Cloned Meat & Milk

The U.S. Food & Drug Administration has moved a step closer to permitting the marketing of meat and milk from cloned animals. Here’s the story from the Washington Post‘s Rick Weiss: FDA Says Clones Are Safe To Eat

Taking a long-awaited stand in an emotionally fraught food fight, the Food and Drug Administration yesterday released a 678-page analysis concluding that milk and meat from cloned animals pose no unique risks to consumers.

The decision, subject to change after a period of public comment, stops short of approving the sale of food from clones and leaves in place for now a long-standing government request that farmers keep their clones off the market.

The story also suggests that a number of companies are waiting in the wings, ready to supply clones of prize-winning animals to serve as breeding stock for genetically-superior herds. Once the FDA gives its go-ahead (perhaps withing the next year), these companies will ramp up production, so that meat and milk from cloned animals may be available for purchase within 3 years. Inevitably, this prospect has resulted in demands for labelling:

Several groups are pushing for a requirement that cloned food be labeled as such, allowing consumers to avoid it. Sundlof said such labels would be inconsistent with a long-standing FDA policy to reserve labels for scientifically substantive issues.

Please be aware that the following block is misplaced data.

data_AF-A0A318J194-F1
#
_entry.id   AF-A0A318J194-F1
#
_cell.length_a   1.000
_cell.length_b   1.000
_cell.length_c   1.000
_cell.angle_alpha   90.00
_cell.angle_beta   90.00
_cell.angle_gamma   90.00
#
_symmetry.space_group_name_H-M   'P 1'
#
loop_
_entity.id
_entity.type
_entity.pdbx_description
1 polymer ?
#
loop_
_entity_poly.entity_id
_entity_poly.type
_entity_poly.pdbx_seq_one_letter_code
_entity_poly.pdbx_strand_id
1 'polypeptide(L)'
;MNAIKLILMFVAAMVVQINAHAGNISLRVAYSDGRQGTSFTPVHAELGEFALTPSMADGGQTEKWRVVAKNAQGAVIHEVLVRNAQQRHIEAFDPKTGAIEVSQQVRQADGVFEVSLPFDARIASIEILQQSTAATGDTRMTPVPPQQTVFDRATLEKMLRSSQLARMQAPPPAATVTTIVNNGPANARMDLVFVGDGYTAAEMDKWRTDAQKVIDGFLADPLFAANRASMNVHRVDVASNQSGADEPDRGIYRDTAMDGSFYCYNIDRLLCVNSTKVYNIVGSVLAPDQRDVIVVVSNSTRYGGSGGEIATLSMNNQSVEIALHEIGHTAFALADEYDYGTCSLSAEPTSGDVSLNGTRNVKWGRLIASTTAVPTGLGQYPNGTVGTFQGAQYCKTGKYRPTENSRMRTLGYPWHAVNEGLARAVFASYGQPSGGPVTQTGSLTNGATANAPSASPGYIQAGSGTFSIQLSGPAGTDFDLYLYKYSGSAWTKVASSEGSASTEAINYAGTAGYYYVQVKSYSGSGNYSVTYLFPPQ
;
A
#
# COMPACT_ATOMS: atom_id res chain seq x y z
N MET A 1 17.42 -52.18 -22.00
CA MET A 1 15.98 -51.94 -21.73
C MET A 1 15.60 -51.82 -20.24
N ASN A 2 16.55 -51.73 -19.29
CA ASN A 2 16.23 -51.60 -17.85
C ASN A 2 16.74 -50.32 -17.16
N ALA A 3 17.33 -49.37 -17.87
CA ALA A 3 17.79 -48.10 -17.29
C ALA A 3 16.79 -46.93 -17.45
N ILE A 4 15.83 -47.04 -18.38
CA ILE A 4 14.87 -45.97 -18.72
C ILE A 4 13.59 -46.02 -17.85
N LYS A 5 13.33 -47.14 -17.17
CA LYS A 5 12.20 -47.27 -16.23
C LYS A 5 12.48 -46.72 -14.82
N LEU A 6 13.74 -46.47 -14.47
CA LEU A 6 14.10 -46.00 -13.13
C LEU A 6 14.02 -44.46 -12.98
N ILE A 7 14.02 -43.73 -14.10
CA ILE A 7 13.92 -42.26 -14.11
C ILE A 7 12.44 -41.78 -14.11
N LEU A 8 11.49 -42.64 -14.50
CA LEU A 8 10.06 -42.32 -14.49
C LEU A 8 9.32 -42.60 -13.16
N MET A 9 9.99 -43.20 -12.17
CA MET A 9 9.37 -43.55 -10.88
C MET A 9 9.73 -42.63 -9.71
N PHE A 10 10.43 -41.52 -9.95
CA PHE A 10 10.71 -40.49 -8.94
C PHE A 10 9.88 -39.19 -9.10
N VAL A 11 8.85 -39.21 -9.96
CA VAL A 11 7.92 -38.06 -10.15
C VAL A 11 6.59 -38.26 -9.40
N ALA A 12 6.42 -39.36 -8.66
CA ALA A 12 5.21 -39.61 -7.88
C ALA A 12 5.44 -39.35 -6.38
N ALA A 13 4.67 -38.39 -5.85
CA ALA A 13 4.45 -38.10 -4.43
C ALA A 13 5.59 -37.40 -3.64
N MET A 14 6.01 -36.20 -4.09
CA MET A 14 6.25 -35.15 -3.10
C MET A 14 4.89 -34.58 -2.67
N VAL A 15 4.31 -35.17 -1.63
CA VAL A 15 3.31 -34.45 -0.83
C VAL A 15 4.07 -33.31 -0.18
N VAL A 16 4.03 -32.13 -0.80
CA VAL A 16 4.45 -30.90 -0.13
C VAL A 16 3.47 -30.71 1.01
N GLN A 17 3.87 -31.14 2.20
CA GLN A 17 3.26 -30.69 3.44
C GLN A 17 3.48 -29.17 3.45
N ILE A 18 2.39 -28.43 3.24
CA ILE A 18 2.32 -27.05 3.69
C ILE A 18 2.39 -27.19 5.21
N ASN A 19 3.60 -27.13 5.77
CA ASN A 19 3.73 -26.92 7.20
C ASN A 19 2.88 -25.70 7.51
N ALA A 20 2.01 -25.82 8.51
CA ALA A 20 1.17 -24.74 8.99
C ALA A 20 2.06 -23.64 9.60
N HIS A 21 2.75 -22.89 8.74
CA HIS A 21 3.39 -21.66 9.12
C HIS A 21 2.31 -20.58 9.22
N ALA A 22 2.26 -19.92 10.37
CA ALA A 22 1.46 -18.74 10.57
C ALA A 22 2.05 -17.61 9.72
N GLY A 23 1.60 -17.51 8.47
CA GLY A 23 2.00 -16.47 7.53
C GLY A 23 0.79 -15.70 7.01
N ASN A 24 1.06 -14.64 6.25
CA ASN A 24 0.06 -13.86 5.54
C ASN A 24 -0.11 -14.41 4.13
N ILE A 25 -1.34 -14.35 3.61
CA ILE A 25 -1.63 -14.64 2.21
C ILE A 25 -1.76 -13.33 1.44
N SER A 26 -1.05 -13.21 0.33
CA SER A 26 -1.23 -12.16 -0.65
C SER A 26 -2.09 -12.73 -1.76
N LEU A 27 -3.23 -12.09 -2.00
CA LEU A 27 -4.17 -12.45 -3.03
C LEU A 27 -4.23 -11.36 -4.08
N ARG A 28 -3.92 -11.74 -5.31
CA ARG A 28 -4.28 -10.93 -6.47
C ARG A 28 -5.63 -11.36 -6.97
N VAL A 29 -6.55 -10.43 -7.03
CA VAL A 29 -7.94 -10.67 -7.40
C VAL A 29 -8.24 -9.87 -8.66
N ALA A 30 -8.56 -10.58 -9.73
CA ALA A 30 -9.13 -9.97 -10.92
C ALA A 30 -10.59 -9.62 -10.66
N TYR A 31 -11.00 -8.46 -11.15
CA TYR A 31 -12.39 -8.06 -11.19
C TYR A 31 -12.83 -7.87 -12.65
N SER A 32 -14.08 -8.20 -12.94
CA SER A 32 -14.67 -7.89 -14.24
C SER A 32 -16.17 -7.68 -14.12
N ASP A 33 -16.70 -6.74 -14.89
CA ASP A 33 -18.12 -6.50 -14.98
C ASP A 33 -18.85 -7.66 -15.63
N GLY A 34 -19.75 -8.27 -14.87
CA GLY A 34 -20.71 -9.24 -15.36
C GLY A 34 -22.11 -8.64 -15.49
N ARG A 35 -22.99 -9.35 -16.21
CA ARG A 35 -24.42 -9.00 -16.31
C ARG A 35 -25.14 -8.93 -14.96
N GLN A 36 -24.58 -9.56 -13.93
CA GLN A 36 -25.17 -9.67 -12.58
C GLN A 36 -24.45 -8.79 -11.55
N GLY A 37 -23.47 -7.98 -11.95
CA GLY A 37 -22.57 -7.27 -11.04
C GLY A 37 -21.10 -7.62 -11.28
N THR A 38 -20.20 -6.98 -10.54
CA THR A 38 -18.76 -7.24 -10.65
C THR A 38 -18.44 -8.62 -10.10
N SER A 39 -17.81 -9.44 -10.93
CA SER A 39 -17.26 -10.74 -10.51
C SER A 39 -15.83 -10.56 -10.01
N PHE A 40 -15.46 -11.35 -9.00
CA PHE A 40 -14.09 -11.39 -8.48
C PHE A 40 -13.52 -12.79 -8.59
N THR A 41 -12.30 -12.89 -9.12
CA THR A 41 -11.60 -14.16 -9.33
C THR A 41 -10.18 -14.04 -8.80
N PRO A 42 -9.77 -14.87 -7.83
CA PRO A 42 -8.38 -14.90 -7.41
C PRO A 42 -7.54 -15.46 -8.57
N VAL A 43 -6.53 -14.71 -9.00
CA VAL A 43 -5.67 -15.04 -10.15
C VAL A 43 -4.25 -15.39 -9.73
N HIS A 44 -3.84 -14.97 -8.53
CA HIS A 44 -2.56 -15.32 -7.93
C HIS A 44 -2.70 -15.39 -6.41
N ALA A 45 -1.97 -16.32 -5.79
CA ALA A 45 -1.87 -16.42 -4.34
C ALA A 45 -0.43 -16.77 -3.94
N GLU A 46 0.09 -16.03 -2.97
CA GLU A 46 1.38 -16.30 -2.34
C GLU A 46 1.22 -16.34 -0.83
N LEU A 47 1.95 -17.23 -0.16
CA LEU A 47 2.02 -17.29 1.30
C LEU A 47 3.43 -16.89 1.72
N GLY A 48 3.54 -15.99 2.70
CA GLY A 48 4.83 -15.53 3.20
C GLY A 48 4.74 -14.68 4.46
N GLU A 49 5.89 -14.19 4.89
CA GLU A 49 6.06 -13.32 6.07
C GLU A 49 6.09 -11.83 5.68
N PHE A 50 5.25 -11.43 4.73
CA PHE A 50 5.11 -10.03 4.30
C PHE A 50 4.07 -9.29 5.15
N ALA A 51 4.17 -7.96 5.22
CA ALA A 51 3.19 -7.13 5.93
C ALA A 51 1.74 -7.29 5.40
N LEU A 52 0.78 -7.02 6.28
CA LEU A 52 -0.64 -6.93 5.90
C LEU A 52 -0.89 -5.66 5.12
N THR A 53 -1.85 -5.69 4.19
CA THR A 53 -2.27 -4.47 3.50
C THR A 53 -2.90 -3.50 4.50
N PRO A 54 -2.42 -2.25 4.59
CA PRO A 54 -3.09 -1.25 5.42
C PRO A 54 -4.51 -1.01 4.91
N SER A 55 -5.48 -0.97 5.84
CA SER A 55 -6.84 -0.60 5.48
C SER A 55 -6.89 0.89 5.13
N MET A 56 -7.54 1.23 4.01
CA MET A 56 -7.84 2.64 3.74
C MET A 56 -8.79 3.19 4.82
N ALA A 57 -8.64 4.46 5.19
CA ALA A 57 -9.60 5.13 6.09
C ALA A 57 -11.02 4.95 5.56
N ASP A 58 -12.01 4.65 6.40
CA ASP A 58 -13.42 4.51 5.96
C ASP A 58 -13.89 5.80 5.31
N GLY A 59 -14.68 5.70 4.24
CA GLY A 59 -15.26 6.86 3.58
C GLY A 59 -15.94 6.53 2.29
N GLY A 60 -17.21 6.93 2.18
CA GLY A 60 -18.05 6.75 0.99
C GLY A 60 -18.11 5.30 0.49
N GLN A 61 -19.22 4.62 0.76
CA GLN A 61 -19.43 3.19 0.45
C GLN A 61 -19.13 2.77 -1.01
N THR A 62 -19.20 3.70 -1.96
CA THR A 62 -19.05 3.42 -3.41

As far as I can see, the argument I presented a few weeks ago regarding demands for labelling Genetically Modified foods applies equally well to demands for labelling cloned food. They key is that there just is no evidence that cloned food is any different, in any important way, from non-cloned food. Of course, lack of evidence of danger doesn’t constitute proof of safety…but it is meaningful in situations (like the present one) in which evidence has been sought out through appropriate methods used by the relevant experts.

My argument has been — and remains — not that judgments issued by the FDA or some blue-ribbon panel is going to settle the matter once & for all, but rather that such judgments can reasonably be relied upon by conscientious companies.

[Thanks to Cindy for forwarding the story.]

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